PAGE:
Kubernetes Homelab #1: Raspberry Pi Setup

Published on Thu, 09 May 2024. Estimated reading time: 10 min. #Kubernetes #Raspberrypi #Homelab

I like to tinker with Kubernetes in my free time and I’ve always wanted to host some services for myself. Vaultwarden is one of those services since I’d like my passwords to be stored away where I can see them. Up to now this was running on an old Intel NUC that I stashed away in my apartment.

Years ago I had been using Raspberry Pis (generation 1 or 2, maybe?) for hosting some fun projects (e.g. a TV antenna receiver attached to a Raspberry Pi to watch TV – when that was still a thing).

This post is part of a blog post series describing my Kubernetes Homelab.

Now I wanted to try again because cloud is expensive, Kubernetes can be quite fun and I hadn’t tinkered with hardware in a good while. So my goal was to get a setup that

  1. had three nodes to make sure Kubernetes made sense. A single node isn’t really a cluster.
  2. provided its own storage. A NAS is expensive and a single point of failure, so “hyperconverged” (is that word still in use at all? it was the big hype in on-premise hardware ten years ago) was the way to go.
  3. didn’t boot from an SD card. Maybe this is fine now but I had many corrupted SD cards I needed to reformat back in the days. I wanted my machines to boot from a disk.
  4. used power over ethernet (PoE) to reduce the cables needed for powering the setup.
  5. allowed to expose services to me as its only user with valid TLS certificates and hostnames.

The blog post series that this post kicks off will map out my journey with getting my homelab up and running and document any steps and problems along the way.

Note: All commands in this post are executed as root. You can either prepend them with sudo or open a root shell once with sudo -i.

Hardware #

The core of the setup is comprised of three Raspberry Pi 5 B with a 2.44 GHz ARM Cortex-A76 Quad-Core-CPU and 8GB of RAM. These machines are barely comparable to the original Raspberry Pi. They are quite the workhorses!

To power the Raspberry Pis over ethernet via PoE I bought a TP Link TL-SG1005P (a 5-port gigabit desktop PoE+ switch).

I ended up using the following HATs for the three Raspberry Pi 5 B, bought from Amazon:

Waveshare is a Chinese manufacturer of electronic components for microcontrollers and embedded boards. The choices for Raspberry Pi 5 PoE HATs is quite limited at the moment. An official PoE HAT had been announced, but updates have been rare and search results mostly end on a post half a year old. Jeff Geerling reviewed this PoE HAT (see his blog and the GitHub issue) and overall it looked promising.

Raspberry Pi 5 and both HATs.

M.2 SSD #

I went with Waveshare’s PCIe to M.2 HAT+ to make sure the two HATs would work with each other. However it seems to be hit or miss whether an M.2 SSD is going to be supported by the HAT or not. I started the setup with a Transcend TS256GMTS430S (a 256GB M.2 SSD), but the disk would not get recognized, even after following all troubleshooting steps. After some back and forth with Waveshare support I got the recommendation to use a Western Digital WD BLACK SN770M, which worked like a charm.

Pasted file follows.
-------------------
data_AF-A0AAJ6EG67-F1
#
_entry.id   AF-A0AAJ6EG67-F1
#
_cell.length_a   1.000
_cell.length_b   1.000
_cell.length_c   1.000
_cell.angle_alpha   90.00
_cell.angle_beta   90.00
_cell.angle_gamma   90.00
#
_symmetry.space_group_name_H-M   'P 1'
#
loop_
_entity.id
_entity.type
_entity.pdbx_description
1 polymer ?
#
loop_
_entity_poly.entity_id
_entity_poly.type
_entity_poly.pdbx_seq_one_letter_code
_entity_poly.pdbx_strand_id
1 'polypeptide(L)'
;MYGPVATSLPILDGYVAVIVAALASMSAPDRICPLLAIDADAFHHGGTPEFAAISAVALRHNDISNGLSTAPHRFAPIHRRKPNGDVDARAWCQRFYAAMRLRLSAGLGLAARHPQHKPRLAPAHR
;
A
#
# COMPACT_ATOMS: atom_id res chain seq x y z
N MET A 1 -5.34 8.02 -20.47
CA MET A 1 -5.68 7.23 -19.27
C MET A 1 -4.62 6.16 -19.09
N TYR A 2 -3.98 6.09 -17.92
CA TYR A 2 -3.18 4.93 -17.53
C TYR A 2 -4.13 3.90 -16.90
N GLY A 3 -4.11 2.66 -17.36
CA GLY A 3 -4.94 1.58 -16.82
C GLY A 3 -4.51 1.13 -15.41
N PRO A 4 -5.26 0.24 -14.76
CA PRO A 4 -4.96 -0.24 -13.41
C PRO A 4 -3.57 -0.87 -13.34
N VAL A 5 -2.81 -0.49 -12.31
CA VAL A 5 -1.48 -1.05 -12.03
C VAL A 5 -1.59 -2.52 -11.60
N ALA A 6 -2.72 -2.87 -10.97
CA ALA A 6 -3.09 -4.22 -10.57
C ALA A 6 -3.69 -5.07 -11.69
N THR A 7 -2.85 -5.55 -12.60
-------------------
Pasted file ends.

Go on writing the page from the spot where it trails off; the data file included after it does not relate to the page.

As is often the case with these kind of manufacturers, documentation is sparse. It was more or less impossible to figure out why the Transcend SSD wasn’t recognized – some sources were talking about the Raspberry Pi PCIe not working with a specific on-board controller on M.2 SSDs, but as far as my Google research suggested this SSD didn’t seem to be using that controller. In the end things worked out by exchanging hardware, thus it doesn’t seem a good idea to combine this particular HAT with Transcend M.2 SSDs.

Assembly #

Overall assembly worked fine but required some careful strength applied at the right times. I assembled the system with the PoE HAT being attached to the Pi first as the lower layer and then added the PCIe to M.2 HAT on top of it.

Beware: It's possible to mount the heat sink coming with the PoE HAT the wrong way (either there are no markings or I missed them) and it's really not built to be removed to remount it. So make sure you mount it the right way (the longer edge should be on the side of the SD card slot), otherwise you won't be able to attach the PoE HAT.

The cable provided with the PCIe to M.2 HAT to connect the Pi’s PCIe slot to the HAT was just long enough to work in this stacked setup. Connecting it properly on both ends was a bit fiddly (especially on the Pi side – the HAT side has a very solid mechanism to hold the cable in place), tweezers came in very handy.

Cable to connect PCIe slot to M.2 HAT (with the non-functional SSD mounted).

System setup #

The best choice of OS on the Raspberry Pi currently seems to be Raspberry Pi OS. It’s based on Debian, which is great because KubeOne (disclaimer: I’m a contributor to it and it’s developed by my employer, Kubermatic) has (limited) support for creating Kubernetes clusters on it.

Before booting from the M.2 SSD a quick detour via a bootable USB stick was needed. I used the Raspberry Pi Imager to write the latest Raspbbery Pi OS “lite” (no desktop environment included) to a spare 32GB USB stick. One of the important customizations here is enabling SSH and adding a SSH public key.

Plugging in the USB stick and powering on the Raspberry Pi by connecting the ethernet cable started Raspberry Pi OS from the USB stick. I used this transient setup to check on the M.2 SSD disk and prepare it to become the boot device. To find its IP address I signed into my home router’s web UI, found the newly connected device and made sure to configure the device to always receive the same IP address from the router’s DHCP server.